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This is new standard of Fila Brasileiro written by Paulo Santos Cruz and approved by
CAFIB, which adopts it in all its judgements and dog analysis, in order to fight against

GENERAL APPEARANCE: A typical molosser dog. Great size: massive, with strong
bones, giving an impression of stout concentration of strength and power, but neither
seeming or being heavy, laggard or aphatic.

FIGURE: Massive, rectangular, but harmonious, well balanced, symmetric. Outstanding
secondary sexual characters, clearly differentiating males from females.

TEMPERAMENT: It is a courageous, determinate and daring dog. It does not hide its
aversion to strangers, or its traditional tenderness to its owners and family. Consequently
it is an unexceedable watch dog in the cities, and an excellent herds dog and a hunter of
big animals in farms. As a result of its temper, at dog shows it does not allow the judge (a
stranger) to touch it. And if it attacks the judge, such a reaction must not be considered a
fault, but only a confirmation of its temperament. At temper tests, obligatory for dogs
over one year old at shows, the Fila attack must be in an ascending diagonal, in front of
handler and without showing dependence from him.

NERVOUS SYSTEM: Calm, serene and showing assurance, self-confidence, even in
strange environments, without being frightened by noises such as feasting shots at shows.
But the shot must not be discharged at less than five meters, and only to test dogs over
one year old.

MOTION WALK: Wide, elastic and rhythmical paces, but at the same time seemingly
heavy, just like the felids. While walking, its head must be at the level of or below the
back line. At walk, the main characteristic is that the Fila first moves two legs of one side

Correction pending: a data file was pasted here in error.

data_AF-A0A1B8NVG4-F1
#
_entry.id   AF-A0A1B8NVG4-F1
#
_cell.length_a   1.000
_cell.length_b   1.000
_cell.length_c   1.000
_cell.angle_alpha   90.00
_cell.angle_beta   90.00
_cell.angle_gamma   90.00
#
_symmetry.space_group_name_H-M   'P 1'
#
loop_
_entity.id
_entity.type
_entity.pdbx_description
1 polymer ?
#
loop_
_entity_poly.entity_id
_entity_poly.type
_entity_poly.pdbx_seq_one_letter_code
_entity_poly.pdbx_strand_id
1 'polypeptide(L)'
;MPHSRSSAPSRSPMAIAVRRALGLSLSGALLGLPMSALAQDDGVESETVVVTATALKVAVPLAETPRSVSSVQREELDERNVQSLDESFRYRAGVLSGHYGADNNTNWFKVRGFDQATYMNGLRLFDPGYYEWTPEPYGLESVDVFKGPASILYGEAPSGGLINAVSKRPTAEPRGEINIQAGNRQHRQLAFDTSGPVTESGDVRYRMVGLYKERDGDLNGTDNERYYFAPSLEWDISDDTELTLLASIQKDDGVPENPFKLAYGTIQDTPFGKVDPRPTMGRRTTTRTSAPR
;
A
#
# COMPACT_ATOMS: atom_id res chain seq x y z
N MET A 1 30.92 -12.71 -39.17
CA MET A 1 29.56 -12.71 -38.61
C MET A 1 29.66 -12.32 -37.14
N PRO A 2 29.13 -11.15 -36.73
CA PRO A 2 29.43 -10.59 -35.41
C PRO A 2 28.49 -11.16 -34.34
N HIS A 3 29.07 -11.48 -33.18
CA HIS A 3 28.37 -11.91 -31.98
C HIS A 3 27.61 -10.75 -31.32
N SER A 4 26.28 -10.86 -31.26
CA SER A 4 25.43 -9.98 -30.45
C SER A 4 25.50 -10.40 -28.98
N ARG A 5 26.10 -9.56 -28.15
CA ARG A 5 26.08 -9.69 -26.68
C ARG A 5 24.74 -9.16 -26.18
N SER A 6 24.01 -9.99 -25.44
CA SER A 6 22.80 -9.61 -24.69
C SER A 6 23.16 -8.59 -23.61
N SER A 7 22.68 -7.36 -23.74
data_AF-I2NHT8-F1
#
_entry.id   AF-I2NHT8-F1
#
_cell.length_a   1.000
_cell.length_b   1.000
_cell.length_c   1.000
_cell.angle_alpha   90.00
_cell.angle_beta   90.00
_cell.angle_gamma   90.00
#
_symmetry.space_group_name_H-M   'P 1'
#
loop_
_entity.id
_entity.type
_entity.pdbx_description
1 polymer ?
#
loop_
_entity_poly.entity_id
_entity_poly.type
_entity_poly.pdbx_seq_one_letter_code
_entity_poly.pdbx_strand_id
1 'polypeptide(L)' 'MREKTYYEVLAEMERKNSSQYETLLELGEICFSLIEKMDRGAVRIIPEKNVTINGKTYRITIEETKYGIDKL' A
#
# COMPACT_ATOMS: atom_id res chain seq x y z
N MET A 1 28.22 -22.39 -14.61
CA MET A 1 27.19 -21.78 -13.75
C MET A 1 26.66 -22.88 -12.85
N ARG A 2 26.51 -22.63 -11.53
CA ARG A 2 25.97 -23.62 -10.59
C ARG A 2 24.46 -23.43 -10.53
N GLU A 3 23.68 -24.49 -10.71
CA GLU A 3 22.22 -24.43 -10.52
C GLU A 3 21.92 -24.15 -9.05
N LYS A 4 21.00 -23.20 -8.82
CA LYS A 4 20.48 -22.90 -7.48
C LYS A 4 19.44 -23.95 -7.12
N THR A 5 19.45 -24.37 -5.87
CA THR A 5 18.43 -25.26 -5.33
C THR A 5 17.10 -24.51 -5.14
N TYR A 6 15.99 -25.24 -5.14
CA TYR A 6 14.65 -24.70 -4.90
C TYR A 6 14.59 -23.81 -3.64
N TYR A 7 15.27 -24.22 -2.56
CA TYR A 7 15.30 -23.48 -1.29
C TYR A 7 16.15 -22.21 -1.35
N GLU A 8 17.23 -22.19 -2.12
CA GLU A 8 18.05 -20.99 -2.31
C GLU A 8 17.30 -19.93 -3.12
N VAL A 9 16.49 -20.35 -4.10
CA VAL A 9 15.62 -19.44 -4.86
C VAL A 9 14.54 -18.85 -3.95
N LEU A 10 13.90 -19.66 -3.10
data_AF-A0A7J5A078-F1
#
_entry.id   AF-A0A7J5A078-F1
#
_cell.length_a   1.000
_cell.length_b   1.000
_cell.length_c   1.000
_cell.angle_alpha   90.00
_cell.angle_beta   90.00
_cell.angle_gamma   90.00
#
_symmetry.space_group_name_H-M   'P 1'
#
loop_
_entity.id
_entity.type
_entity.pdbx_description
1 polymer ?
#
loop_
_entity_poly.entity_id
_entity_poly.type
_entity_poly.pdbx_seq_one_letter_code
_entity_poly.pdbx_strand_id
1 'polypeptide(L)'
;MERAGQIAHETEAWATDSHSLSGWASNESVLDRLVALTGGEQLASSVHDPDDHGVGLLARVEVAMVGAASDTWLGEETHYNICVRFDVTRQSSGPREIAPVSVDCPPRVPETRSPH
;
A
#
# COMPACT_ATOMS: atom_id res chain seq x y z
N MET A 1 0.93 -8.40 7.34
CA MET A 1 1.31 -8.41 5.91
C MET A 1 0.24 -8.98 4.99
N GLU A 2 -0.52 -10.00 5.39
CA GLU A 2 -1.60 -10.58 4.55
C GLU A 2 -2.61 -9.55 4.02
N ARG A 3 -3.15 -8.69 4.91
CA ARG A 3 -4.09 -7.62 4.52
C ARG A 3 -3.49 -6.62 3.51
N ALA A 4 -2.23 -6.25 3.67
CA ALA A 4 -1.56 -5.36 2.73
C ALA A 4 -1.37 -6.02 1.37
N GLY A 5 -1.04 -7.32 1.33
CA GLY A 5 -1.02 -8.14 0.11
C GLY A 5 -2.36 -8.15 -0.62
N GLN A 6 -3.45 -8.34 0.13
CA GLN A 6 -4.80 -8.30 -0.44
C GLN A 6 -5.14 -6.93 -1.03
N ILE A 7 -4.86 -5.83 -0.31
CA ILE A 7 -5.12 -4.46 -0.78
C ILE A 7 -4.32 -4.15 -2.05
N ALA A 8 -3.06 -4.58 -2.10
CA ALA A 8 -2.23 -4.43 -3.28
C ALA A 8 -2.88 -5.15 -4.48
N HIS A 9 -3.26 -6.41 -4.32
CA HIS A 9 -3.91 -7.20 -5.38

of the body and them the opposite legs, a perfect camel step. As a result, there is an
alternate side swing of the thorax and hips, which is emphasized by the tail when it is

TROT: Easy, soft, light, wide and efficient.

GALLOP: Powerful, reaching an unsuspected speed for a dog of such a size and weight.
Fila movements, while walking, make evident its loose joints in the legs and vertebral
column, a characteristic of the breed. As a result, the Fila is able to change route suddenly
and quickly, even at a gallop.

HEAD: Brachicophalir, great, heavy. Seen in profile, the length of the muzzle is
practically equal to that of the skull; good depth; outstanding occipital; big and fallen
ears; low forehead depression (stop). Front view, it is wide. with a strong and convex
muzzle the skull is wide, lightly curved, also at its sides.
SKULL: Seen in profile, it shows a light curve from the root of muzzle towards the
outstanding occipital. Full face, it is wide, large, lightly curved. Its Sides go down in a
very smooth, almost vertical, curve, without showing swollen parotids and never forming
a step at the muzzle. At this point there is just a light curve.

OCCIPITAL: Outstanding, well apart from the nape.

STOP: (Forehead depression of frontal cavity) Full face, it virtually doesn’t exist in its
place, there is a groove (depression) between the eyes, in a smooth ascent up to the
middle of the skull. Seen in Profile, it is low, inclined, but perfectly visible, formed by
the superciliary arches.

EARS: Fallen, big, thick, very large at the root, narrowing towards its end, forming
around edge. Its root is inclined: the fore edge is higher than the back one. Its insertion is
at the rearest part of the skull and variable: low when the dog is at rest and high when it is
on the alert. Laterally fallen ears and rose ears are allowed.

EYES: A sad look when at rest, but energic and determinate when on the alert. Of
medium to big size, lightly egg shaped, profound, wide apart. Their color varies from
dark chestnut to yellow. In harmony with the general color and pigmentation of the fur.
Due to the loose skin, some dogs present fallen low eyelids. This is not considered a
fault, because it just only increases its typical sad expression.